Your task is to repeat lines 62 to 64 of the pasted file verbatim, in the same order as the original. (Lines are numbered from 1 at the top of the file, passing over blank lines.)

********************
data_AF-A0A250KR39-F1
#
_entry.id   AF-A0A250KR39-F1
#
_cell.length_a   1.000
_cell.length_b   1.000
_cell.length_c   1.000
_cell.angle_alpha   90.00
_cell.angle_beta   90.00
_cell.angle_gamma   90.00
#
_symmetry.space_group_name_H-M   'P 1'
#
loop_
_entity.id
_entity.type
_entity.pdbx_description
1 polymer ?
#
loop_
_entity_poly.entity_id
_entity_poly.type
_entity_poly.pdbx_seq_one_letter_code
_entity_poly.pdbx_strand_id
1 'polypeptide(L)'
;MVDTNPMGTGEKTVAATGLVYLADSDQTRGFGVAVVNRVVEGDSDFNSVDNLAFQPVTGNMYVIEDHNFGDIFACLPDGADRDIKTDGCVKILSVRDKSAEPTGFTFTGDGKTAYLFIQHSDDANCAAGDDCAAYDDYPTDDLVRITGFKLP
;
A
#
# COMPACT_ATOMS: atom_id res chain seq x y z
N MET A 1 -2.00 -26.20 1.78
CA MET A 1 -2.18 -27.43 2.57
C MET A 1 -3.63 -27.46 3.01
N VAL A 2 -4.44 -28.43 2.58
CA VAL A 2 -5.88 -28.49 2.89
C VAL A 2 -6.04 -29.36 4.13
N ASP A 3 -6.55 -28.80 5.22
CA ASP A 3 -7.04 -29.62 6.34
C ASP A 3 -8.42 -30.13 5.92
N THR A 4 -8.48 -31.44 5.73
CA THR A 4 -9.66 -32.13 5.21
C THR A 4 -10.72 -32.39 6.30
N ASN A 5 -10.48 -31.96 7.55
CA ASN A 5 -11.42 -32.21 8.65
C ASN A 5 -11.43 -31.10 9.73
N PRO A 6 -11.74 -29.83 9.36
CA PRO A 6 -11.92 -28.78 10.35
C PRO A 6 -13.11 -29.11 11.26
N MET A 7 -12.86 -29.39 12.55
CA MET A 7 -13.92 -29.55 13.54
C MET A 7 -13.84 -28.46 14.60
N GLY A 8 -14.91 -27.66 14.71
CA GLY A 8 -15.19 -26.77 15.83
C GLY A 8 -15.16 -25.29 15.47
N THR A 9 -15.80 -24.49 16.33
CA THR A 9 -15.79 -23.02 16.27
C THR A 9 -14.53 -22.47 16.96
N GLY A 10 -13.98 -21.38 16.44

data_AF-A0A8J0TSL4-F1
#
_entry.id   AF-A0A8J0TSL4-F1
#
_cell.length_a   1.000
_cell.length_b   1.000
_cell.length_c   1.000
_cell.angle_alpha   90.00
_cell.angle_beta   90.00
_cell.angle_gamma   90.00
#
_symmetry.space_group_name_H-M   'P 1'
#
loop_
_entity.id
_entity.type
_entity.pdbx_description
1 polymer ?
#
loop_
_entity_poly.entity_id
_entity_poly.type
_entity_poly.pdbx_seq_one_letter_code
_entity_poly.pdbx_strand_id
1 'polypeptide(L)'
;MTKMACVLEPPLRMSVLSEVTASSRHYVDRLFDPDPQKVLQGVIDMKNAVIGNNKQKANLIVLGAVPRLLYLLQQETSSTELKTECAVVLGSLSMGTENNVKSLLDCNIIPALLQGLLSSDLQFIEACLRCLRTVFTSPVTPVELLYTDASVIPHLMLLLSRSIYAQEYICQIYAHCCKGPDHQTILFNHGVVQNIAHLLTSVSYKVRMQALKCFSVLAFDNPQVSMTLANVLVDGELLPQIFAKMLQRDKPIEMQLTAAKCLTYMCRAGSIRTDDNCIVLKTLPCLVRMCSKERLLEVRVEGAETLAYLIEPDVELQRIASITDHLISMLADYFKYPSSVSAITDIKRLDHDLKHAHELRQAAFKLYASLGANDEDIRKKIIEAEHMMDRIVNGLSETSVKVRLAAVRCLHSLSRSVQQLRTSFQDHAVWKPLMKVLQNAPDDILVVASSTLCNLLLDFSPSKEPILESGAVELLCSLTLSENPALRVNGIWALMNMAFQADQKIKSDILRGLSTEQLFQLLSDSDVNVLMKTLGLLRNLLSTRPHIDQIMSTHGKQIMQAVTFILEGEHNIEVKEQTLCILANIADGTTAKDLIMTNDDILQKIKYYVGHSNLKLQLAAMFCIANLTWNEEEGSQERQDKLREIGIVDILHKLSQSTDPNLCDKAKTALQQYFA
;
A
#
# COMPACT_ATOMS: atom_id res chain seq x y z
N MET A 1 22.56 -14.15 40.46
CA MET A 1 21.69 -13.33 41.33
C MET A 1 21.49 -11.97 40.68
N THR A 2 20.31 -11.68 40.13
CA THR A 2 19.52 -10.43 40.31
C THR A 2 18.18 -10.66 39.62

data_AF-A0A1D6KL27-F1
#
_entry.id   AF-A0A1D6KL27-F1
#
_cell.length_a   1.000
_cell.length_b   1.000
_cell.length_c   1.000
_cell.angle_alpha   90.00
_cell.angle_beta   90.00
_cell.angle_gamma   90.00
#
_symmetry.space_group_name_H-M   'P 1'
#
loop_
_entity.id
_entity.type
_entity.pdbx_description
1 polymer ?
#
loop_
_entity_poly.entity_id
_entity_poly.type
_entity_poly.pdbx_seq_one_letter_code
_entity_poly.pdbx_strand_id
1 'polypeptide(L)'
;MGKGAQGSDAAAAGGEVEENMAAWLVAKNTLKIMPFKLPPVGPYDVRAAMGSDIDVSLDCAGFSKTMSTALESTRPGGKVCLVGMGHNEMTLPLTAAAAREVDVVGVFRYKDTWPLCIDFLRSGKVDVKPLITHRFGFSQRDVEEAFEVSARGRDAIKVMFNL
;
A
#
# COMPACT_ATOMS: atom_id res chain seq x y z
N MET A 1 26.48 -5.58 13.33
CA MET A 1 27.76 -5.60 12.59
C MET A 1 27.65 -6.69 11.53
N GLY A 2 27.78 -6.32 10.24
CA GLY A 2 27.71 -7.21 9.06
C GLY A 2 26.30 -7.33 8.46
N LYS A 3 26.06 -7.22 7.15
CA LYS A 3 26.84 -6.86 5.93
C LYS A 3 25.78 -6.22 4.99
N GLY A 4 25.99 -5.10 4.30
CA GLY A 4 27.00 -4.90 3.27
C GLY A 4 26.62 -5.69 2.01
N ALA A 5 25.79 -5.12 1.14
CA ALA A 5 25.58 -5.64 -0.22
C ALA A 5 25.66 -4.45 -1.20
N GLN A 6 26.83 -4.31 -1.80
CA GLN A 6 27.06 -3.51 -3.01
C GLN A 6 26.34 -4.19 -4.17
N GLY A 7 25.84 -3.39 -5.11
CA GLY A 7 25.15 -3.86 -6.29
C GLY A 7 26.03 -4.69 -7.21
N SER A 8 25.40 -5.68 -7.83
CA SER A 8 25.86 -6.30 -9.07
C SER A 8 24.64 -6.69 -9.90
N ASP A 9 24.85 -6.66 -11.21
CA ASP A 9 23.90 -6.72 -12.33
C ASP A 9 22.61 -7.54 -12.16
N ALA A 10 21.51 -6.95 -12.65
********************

#
_cell.length_a   1.000
_cell.length_b   1.000